Updated: March 13, 2021 6:28:17 pm
With UK MPs set to debate next week the safety of farmer protesters, the British government on Friday said what happens in India has ripples in the United Kingdom and gets debated as there is a large Indian diaspora, but asserted that the farmers’ protest was India’s “internal issue” and it was for it to resolve.
British lawmakers will debate the issue of press freedom and safety of protesters in India next Monday in response to an e-petition which had crossed the 1,00,000-signature threshold required for such a debate, the House of Commons Petitions Committee had confirmed earlier this week.
Asked how he looks at the concerns in the UK over the farmers’ protest and if it could impact ties, the new British High Commissioner to India, Alex Ellis, said, “Your verb is the correct one. I look at it. This is an internal issue for India.”
“I think the foreign secretary (Dominic Raab) said it when he was here ”your politics is our politics” in other words things that happen in India have ripples in the UK partly because you have such a big diaspora community in the UK, so these things get debated. Our prime minister (Boris Johnson) was asked about it actually in the Prime Minister’s Question Time,” he said at a media interaction with journalists in Delhi.
“This is something we look at but it is something for India to resolve,” said Ellis, a British strategic expert, who presented his credentials to President Ram Nath Kovind in February to take formal charge as the new UK High Commissioner to India.
Asked about the debate in the UK Parliament on Monday and if the issue has been raised by India with the UK side, the British High Commissioner said the reason these things get discussed is because of the process of petition to which if there are a sufficient number of signatures, an issue can be debated in Parliament and issues related to India are quite regularly debated.
“This is something that is done by Parliament, the government has to participate, it has to answer but it is the parliamentarians, as you expect, raising issues that are a concern to them in their constituencies,” the UK envoy here said.
“Coming back to the point about your politics is our politics to an extent. My observation more generally is that as the Indian diaspora grows and is very successful in many countries of the world you are going to see more of this. I think that as India grows and becomes more international and ever more significant in the world, there will be more debate about Indian issues,” he said.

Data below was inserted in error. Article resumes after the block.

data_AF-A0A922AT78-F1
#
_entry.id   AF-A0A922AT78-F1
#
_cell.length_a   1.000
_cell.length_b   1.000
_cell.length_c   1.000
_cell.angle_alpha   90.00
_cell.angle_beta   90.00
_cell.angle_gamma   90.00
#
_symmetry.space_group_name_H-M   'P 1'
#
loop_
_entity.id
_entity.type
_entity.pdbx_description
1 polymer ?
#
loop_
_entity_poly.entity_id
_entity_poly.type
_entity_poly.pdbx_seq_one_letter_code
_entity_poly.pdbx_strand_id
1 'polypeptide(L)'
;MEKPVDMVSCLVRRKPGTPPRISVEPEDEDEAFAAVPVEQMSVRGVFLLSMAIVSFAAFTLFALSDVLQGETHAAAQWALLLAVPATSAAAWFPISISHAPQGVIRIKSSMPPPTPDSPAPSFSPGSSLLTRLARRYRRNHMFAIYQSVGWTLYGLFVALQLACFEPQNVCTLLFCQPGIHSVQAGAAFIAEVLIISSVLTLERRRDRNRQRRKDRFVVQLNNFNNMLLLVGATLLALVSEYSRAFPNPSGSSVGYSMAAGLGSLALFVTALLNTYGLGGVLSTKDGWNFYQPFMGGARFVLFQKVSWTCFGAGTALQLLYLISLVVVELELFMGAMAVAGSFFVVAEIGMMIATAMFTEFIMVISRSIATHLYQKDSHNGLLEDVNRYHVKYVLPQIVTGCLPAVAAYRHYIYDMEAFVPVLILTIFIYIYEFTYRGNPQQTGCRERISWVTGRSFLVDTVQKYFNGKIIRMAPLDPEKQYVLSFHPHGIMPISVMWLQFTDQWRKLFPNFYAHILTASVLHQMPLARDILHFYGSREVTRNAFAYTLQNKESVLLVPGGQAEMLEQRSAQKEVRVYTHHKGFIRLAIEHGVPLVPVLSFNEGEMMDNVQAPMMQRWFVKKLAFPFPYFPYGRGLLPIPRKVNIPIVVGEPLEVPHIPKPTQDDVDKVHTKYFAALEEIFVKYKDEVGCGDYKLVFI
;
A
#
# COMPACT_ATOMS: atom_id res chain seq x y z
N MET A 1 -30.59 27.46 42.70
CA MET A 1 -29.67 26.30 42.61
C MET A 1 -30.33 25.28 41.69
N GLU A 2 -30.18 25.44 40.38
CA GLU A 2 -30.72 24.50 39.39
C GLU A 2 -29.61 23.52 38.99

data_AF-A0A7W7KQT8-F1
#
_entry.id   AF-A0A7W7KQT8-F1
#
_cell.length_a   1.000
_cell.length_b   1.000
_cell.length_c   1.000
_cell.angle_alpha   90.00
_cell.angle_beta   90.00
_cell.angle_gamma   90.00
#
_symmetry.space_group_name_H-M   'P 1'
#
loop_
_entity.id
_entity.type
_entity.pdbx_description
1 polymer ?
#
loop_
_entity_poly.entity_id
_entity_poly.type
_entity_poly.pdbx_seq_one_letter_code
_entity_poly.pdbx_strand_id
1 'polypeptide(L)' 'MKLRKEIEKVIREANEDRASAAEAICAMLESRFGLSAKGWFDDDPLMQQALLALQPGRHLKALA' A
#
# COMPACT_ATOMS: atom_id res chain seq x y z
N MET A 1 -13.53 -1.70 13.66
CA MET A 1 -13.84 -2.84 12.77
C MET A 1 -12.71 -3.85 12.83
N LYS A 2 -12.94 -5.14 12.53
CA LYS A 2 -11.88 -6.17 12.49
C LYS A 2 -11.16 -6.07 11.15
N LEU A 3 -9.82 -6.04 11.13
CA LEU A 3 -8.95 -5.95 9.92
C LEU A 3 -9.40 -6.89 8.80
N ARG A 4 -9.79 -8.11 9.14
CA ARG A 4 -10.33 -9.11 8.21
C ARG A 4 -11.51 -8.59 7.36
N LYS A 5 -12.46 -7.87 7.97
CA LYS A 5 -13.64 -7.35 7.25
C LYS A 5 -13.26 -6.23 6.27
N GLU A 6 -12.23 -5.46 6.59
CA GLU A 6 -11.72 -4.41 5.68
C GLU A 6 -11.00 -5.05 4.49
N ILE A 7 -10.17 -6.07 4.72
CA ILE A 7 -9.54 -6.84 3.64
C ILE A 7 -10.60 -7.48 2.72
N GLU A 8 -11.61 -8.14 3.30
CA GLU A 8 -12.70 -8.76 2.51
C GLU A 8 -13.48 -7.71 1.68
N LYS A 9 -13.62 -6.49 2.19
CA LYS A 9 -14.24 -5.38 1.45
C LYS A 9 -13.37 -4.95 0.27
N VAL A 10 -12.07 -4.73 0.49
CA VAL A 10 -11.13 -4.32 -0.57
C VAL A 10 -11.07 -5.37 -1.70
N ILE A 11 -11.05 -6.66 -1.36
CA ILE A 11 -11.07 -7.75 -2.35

Ellis, however, asserted that the UK government’s view on something like the farmers’ protest is that it is an internal matter of India and “we observe it, but it is for India to resolve”.
Specifically asked if the Indian side has raised this issue with the UK, he did not give a direct answer and said if the UK would be debated in the Indian Parliament, “I would be interested in it”.
“So If the Indian government is interested in issues like farmers’ protest being discussed in the UK Parliament, I am not surprised if there is an interest,” he said.
The 90-minute debate on Monday will be held at the Westminster Hall in the Houses of Parliament complex in London and will be opened by Scottish National Party (SNP) MP and member of the Petitions Committee Martyn Day, and a minister will be deputed to respond on behalf of the UK government.
The debate relates to the petition entitled ‘Urge the Indian Government to ensure safety of protesters & press freedom’, which called on the British government to make a public statement on the “#kissanprotests & press freedoms”.
Farmers, mostly from Punjab, Haryana and western Uttar Pradesh, have been camping at several Delhi border points, including Tikri, Singhu and Ghazipur, since November 28, demanding a complete repeal of three farm laws and a legal guarantee on minimum support price (MSP) for their crops.
The government has denied allegations that it was trying to put an end to the MSP and the mandi system. Prime Minister Narendra Modi has also assured farmers that the MSP would continue.
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